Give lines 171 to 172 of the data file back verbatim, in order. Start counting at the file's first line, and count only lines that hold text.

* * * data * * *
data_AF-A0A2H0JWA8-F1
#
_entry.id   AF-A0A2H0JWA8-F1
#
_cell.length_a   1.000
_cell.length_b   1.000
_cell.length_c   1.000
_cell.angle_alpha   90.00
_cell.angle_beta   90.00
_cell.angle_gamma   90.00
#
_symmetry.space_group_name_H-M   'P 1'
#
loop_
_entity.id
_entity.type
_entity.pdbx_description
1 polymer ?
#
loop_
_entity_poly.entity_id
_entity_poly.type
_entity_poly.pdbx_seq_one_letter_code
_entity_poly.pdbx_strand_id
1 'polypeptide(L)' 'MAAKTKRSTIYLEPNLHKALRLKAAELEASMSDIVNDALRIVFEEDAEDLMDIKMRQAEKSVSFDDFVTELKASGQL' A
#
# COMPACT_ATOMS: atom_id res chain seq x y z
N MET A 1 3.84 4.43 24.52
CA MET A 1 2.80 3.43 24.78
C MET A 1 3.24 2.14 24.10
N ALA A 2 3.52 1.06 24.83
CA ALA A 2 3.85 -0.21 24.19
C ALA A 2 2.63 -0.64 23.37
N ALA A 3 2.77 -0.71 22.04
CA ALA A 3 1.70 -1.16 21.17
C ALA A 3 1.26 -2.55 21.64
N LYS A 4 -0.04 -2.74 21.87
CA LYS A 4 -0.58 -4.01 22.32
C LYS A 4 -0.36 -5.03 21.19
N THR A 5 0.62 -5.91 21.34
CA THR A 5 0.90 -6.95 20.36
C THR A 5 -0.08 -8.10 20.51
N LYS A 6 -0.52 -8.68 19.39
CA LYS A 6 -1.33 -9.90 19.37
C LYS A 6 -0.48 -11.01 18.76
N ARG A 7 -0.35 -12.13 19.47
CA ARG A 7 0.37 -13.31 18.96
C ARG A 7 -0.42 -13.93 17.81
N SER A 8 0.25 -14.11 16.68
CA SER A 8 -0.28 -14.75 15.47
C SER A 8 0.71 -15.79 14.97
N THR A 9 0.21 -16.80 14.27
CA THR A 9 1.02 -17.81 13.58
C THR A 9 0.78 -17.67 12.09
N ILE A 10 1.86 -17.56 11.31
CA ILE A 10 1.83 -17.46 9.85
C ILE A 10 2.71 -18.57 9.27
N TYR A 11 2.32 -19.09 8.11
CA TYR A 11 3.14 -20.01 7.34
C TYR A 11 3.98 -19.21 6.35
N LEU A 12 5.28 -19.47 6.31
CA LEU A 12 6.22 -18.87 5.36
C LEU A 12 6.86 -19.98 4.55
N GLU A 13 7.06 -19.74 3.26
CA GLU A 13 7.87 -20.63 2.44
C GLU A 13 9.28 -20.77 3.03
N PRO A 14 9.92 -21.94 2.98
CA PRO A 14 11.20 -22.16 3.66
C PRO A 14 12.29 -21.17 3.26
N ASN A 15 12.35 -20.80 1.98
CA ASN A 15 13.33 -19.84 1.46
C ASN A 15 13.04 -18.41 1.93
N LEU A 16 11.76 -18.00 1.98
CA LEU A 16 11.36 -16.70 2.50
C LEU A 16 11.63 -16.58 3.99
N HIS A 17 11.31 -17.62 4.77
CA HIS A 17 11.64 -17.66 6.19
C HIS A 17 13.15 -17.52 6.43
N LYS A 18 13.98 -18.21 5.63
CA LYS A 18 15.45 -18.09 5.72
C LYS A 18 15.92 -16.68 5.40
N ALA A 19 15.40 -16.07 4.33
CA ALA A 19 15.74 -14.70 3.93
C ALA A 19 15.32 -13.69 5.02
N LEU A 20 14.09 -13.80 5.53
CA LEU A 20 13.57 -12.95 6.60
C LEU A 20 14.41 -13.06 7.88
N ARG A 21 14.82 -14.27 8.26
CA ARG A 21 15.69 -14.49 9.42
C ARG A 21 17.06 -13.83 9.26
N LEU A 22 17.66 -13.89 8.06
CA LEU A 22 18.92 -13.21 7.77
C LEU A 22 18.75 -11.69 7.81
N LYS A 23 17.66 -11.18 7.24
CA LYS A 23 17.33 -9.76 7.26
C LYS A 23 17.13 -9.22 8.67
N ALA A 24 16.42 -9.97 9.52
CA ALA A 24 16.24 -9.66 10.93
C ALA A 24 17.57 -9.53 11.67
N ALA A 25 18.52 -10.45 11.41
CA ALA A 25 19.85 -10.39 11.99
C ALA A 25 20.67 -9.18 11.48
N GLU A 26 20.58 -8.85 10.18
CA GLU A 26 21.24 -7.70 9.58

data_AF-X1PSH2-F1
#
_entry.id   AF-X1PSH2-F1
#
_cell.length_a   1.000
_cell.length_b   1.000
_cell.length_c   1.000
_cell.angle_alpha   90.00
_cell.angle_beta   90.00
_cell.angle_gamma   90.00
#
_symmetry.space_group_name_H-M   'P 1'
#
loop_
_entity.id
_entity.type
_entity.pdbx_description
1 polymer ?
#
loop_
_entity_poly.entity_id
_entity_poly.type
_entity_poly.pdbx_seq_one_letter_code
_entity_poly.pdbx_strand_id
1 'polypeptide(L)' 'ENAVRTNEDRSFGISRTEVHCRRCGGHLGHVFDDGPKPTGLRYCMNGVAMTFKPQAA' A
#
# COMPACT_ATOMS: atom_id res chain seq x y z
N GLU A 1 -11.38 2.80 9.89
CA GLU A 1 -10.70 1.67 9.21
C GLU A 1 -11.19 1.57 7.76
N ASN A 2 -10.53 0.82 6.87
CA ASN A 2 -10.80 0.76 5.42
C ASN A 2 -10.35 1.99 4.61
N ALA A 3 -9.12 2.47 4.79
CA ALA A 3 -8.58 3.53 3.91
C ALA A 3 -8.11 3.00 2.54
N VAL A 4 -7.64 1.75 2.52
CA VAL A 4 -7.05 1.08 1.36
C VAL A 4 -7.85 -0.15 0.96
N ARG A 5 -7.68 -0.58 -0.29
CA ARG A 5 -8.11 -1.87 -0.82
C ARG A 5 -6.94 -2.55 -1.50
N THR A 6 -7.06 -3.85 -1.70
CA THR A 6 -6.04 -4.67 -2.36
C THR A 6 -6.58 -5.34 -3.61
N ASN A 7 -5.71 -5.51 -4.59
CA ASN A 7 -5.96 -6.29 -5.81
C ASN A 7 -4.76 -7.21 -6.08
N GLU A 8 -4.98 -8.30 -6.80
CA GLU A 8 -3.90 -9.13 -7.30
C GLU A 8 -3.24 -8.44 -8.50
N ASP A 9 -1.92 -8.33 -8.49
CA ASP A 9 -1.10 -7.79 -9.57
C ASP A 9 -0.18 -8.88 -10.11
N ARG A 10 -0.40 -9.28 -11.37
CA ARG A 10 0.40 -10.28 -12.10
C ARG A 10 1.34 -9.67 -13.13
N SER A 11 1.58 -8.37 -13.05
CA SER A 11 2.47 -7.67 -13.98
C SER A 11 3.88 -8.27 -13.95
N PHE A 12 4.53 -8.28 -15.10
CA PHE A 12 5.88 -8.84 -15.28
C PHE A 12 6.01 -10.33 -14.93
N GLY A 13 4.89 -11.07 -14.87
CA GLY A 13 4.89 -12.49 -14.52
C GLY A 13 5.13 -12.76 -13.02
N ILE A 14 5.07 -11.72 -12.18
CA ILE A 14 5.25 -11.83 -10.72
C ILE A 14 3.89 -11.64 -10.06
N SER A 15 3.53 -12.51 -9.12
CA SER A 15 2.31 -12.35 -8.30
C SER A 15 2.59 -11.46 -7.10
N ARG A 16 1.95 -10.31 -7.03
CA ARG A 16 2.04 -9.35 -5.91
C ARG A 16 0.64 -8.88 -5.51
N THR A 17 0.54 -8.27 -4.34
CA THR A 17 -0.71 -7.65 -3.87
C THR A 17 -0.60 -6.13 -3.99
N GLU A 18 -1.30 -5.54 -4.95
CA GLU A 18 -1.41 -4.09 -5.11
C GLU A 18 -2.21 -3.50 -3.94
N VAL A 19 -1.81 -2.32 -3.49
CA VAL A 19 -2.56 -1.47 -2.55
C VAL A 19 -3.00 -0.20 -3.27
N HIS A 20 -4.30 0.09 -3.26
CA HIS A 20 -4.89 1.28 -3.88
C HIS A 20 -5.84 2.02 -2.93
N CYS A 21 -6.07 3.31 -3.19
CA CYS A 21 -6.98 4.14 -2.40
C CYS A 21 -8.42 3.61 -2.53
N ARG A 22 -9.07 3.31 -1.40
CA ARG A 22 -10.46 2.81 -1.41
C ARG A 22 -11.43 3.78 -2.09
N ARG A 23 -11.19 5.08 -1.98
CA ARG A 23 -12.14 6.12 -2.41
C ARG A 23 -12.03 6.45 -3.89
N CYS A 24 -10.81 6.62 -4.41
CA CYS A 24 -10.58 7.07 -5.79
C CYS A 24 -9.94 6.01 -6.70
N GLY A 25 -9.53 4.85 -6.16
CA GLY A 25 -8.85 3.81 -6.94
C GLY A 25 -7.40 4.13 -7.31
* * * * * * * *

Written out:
N ILE A 14 5.07 -11.72 -12.18
CA ILE A 14 5.25 -11.83 -10.72